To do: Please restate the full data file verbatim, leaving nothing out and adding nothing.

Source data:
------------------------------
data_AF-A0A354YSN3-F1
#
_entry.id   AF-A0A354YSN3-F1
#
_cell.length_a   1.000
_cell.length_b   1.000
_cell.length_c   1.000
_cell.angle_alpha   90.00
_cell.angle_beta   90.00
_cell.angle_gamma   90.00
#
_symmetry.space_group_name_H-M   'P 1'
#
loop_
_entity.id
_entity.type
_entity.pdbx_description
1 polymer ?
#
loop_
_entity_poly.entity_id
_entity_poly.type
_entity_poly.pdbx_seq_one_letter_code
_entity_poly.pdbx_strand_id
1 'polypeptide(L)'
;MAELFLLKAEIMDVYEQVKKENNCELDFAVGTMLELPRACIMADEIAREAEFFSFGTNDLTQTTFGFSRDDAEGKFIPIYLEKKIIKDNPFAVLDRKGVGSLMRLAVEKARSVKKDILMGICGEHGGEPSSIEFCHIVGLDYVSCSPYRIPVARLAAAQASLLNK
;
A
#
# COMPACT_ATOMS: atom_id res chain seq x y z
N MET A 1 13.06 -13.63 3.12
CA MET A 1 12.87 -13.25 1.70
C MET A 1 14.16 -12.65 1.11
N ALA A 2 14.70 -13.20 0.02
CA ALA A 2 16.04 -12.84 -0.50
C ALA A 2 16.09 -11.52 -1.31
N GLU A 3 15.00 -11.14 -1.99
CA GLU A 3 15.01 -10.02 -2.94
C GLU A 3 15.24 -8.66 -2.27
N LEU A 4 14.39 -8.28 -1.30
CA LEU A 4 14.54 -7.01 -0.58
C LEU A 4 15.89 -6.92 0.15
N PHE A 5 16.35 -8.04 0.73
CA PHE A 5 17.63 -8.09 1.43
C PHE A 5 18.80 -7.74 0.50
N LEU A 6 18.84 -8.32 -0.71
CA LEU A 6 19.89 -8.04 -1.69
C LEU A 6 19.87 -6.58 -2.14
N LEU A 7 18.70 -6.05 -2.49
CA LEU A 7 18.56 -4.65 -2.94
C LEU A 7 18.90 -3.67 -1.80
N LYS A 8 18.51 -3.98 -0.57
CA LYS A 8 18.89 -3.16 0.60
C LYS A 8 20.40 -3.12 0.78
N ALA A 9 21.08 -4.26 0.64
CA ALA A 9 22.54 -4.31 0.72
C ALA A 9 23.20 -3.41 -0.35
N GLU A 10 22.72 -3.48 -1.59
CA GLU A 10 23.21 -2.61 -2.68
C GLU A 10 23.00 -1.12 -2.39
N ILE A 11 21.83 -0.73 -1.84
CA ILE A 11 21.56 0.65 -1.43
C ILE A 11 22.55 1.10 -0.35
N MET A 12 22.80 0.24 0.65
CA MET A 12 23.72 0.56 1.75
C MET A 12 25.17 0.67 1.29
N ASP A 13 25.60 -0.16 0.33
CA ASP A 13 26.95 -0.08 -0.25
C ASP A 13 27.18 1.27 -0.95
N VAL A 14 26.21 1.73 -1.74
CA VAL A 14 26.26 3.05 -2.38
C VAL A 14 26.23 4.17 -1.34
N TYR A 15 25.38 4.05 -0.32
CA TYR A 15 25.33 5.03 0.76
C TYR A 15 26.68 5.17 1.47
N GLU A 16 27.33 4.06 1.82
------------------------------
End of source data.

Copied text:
data_AF-A0A354YSN3-F1
#
_entry.id   AF-A0A354YSN3-F1
#
_cell.length_a   1.000
_cell.length_b   1.000
_cell.length_c   1.000
_cell.angle_alpha   90.00
_cell.angle_beta   90.00
_cell.angle_gamma   90.00
#
_symmetry.space_group_name_H-M   'P 1'
#
loop_
_entity.id
_entity.type
_entity.pdbx_description
1 polymer ?
#
loop_
_entity_poly.entity_id
_entity_poly.type
_entity_poly.pdbx_seq_one_letter_code
_entity_poly.pdbx_strand_id
1 'polypeptide(L)'
;MAELFLLKAEIMDVYEQVKKENNCELDFAVGTMLELPRACIMADEIAREAEFFSFGTNDLTQTTFGFSRDDAEGKFIPIYLEKKIIKDNPFAVLDRKGVGSLMRLAVEKARSVKKDILMGICGEHGGEPSSIEFCHIVGLDYVSCSPYRIPVARLAAAQASLLNK
;
A
#
# COMPACT_ATOMS: atom_id res chain seq x y z
N MET A 1 13.06 -13.63 3.12
CA MET A 1 12.87 -13.25 1.70
C MET A 1 14.16 -12.65 1.11
N ALA A 2 14.70 -13.20 0.02
CA ALA A 2 16.04 -12.84 -0.50
C ALA A 2 16.09 -11.52 -1.31
N GLU A 3 15.00 -11.14 -1.99
CA GLU A 3 15.01 -10.02 -2.94
C GLU A 3 15.24 -8.66 -2.27
N LEU A 4 14.39 -8.28 -1.30
CA LEU A 4 14.54 -7.01 -0.58
C LEU A 4 15.89 -6.92 0.15
N PHE A 5 16.35 -8.04 0.73
CA PHE A 5 17.63 -8.09 1.43
C PHE A 5 18.80 -7.74 0.50
N LEU A 6 18.84 -8.32 -0.71
CA LEU A 6 19.89 -8.04 -1.69
C LEU A 6 19.87 -6.58 -2.14
N LEU A 7 18.70 -6.05 -2.49
CA LEU A 7 18.56 -4.65 -2.94
C LEU A 7 18.90 -3.67 -1.80
N LYS A 8 18.51 -3.98 -0.57
CA LYS A 8 18.89 -3.16 0.60
C LYS A 8 20.40 -3.12 0.78
N ALA A 9 21.08 -4.26 0.64
CA ALA A 9 22.54 -4.31 0.72
C ALA A 9 23.20 -3.41 -0.35
N GLU A 10 22.72 -3.48 -1.59
CA GLU A 10 23.21 -2.61 -2.68
C GLU A 10 23.00 -1.12 -2.39
N ILE A 11 21.83 -0.73 -1.84
CA ILE A 11 21.56 0.65 -1.43
C ILE A 11 22.55 1.10 -0.35
N MET A 12 22.80 0.24 0.65
CA MET A 12 23.72 0.56 1.75
C MET A 12 25.17 0.67 1.29
N ASP A 13 25.60 -0.16 0.33
CA ASP A 13 26.95 -0.08 -0.25
C ASP A 13 27.18 1.27 -0.95
N VAL A 14 26.21 1.73 -1.74
CA VAL A 14 26.26 3.05 -2.38
C VAL A 14 26.23 4.17 -1.34
N TYR A 15 25.38 4.05 -0.32
CA TYR A 15 25.33 5.03 0.76
C TYR A 15 26.68 5.17 1.47
N GLU A 16 27.33 4.06 1.82